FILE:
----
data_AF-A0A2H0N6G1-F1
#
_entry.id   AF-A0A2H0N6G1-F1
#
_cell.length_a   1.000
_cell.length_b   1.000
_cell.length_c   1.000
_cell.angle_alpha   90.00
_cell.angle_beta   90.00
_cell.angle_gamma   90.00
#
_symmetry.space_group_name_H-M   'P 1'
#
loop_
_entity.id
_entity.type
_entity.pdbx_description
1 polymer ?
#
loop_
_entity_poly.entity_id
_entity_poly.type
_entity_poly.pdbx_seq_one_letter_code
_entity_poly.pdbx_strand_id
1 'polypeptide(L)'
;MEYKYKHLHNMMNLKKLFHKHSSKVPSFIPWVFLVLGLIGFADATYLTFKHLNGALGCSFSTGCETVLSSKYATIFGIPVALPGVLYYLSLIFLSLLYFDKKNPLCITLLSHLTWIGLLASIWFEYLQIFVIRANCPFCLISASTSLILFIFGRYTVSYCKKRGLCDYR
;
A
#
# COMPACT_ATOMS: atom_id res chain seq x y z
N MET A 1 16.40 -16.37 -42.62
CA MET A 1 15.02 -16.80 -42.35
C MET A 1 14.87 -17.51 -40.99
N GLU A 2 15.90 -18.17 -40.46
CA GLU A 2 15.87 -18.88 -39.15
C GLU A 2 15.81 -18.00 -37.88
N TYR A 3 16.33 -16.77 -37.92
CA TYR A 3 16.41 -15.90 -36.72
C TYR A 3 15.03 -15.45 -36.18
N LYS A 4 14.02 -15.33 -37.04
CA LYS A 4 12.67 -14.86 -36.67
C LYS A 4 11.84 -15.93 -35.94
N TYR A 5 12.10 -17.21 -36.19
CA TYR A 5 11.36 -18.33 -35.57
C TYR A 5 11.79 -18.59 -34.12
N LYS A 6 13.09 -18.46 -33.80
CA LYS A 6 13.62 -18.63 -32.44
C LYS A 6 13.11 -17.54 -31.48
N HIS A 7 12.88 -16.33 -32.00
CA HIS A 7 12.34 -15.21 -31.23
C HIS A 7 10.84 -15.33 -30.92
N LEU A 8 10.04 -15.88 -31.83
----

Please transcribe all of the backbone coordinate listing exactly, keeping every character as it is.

data_AF-A0A2H0N6G1-F1
#
_entry.id   AF-A0A2H0N6G1-F1
#
_cell.length_a   1.000
_cell.length_b   1.000
_cell.length_c   1.000
_cell.angle_alpha   90.00
_cell.angle_beta   90.00
_cell.angle_gamma   90.00
#
_symmetry.space_group_name_H-M   'P 1'
#
loop_
_entity.id
_entity.type
_entity.pdbx_description
1 polymer ?
#
loop_
_entity_poly.entity_id
_entity_poly.type
_entity_poly.pdbx_seq_one_letter_code
_entity_poly.pdbx_strand_id
1 'polypeptide(L)'
;MEYKYKHLHNMMNLKKLFHKHSSKVPSFIPWVFLVLGLIGFADATYLTFKHLNGALGCSFSTGCETVLSSKYATIFGIPVALPGVLYYLSLIFLSLLYFDKKNPLCITLLSHLTWIGLLASIWFEYLQIFVIRANCPFCLISASTSLILFIFGRYTVSYCKKRGLCDYR
;
A
#
# COMPACT_ATOMS: atom_id res chain seq x y z
N MET A 1 16.40 -16.37 -42.62
CA MET A 1 15.02 -16.80 -42.35
C MET A 1 14.87 -17.51 -40.99
N GLU A 2 15.90 -18.17 -40.46
CA GLU A 2 15.87 -18.88 -39.15
C GLU A 2 15.81 -18.00 -37.88
N TYR A 3 16.33 -16.77 -37.92
CA TYR A 3 16.41 -15.90 -36.72
C TYR A 3 15.03 -15.45 -36.18
N LYS A 4 14.02 -15.33 -37.04
CA LYS A 4 12.67 -14.86 -36.67
C LYS A 4 11.84 -15.93 -35.94
N TYR A 5 12.10 -17.21 -36.19
CA TYR A 5 11.36 -18.33 -35.57
C TYR A 5 11.79 -18.59 -34.12
N LYS A 6 13.09 -18.46 -33.80
CA LYS A 6 13.62 -18.63 -32.44
C LYS A 6 13.11 -17.54 -31.48
N HIS A 7 12.88 -16.33 -32.00
CA HIS A 7 12.34 -15.21 -31.23
C HIS A 7 10.84 -15.33 -30.92
N LEU A 8 10.04 -15.88 -31.83